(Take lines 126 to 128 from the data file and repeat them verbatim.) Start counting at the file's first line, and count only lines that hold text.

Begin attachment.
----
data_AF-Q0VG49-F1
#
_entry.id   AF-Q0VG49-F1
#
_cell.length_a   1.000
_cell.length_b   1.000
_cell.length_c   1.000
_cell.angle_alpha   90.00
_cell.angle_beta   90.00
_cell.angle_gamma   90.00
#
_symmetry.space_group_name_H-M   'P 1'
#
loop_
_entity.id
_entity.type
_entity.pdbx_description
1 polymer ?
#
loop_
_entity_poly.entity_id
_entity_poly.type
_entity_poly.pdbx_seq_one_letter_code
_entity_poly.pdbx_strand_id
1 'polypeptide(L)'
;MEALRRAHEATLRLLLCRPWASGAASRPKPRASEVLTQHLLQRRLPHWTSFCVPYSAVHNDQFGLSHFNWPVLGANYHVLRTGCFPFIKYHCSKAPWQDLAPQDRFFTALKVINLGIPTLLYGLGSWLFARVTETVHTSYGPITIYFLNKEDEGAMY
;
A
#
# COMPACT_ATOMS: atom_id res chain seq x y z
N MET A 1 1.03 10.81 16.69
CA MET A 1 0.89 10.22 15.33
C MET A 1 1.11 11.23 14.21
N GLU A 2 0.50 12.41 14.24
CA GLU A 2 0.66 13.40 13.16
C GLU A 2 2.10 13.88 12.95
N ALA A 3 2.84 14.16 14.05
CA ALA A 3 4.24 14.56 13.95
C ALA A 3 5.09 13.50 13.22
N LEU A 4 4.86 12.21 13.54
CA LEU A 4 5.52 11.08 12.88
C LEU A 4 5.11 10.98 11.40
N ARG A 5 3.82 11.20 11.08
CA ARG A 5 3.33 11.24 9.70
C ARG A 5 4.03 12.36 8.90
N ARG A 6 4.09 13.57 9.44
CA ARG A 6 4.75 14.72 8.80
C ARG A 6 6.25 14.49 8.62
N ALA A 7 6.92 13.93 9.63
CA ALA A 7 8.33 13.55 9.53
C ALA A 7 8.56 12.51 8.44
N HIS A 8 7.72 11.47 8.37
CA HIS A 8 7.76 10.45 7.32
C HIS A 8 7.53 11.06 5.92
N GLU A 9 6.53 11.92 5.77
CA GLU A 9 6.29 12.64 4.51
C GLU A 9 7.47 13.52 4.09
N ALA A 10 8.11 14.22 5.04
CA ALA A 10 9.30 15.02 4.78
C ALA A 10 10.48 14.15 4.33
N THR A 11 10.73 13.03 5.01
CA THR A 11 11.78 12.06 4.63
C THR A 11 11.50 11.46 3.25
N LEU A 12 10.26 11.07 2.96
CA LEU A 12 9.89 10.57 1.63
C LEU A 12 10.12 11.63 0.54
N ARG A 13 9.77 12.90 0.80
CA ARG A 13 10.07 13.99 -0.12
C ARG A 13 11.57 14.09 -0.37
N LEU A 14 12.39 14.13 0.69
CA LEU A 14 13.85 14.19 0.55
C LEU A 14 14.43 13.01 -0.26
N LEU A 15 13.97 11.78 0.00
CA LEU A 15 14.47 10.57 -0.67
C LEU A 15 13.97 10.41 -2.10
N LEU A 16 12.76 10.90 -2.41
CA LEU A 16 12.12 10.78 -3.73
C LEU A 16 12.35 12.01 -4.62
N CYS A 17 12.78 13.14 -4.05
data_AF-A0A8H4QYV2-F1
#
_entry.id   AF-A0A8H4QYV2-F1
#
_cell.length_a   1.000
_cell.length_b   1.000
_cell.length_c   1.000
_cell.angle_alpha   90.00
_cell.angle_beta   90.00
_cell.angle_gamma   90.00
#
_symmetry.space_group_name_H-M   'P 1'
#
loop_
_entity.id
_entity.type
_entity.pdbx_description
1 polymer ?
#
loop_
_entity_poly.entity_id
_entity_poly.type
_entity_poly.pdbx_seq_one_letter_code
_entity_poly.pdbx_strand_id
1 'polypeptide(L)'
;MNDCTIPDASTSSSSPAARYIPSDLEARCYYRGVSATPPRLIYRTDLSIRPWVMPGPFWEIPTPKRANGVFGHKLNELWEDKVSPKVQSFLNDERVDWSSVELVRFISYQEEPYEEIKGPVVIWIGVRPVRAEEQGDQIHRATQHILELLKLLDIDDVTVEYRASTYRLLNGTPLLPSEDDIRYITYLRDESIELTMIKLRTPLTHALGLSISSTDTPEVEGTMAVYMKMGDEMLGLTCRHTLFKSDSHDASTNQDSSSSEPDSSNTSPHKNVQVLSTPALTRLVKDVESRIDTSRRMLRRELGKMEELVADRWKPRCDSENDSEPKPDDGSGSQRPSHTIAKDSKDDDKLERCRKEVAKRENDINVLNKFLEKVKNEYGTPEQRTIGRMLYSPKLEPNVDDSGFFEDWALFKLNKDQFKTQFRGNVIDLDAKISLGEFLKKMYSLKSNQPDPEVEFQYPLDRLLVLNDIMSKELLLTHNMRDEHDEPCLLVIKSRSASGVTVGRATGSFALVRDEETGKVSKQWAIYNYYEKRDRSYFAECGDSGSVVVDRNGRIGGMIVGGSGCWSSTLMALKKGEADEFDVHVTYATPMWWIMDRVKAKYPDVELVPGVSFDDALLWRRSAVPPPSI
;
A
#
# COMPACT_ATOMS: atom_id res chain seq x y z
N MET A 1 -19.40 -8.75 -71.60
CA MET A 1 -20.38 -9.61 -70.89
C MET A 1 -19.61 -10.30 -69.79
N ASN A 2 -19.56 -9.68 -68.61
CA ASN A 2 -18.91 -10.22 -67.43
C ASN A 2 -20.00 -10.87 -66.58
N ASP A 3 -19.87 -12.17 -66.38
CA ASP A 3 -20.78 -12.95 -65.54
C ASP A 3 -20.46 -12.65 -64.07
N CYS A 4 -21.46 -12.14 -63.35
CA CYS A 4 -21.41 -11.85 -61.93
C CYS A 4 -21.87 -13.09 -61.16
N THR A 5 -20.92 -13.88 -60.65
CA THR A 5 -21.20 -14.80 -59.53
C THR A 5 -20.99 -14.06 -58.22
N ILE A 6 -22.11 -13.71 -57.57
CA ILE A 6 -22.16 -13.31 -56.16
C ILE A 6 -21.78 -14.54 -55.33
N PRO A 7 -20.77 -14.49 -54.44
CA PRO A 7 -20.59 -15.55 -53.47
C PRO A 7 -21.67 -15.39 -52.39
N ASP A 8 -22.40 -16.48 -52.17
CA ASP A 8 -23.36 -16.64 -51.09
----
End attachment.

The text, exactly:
CA ILE A 6 -22.16 -13.31 -56.16
C ILE A 6 -21.78 -14.54 -55.33
N PRO A 7 -20.77 -14.49 -54.44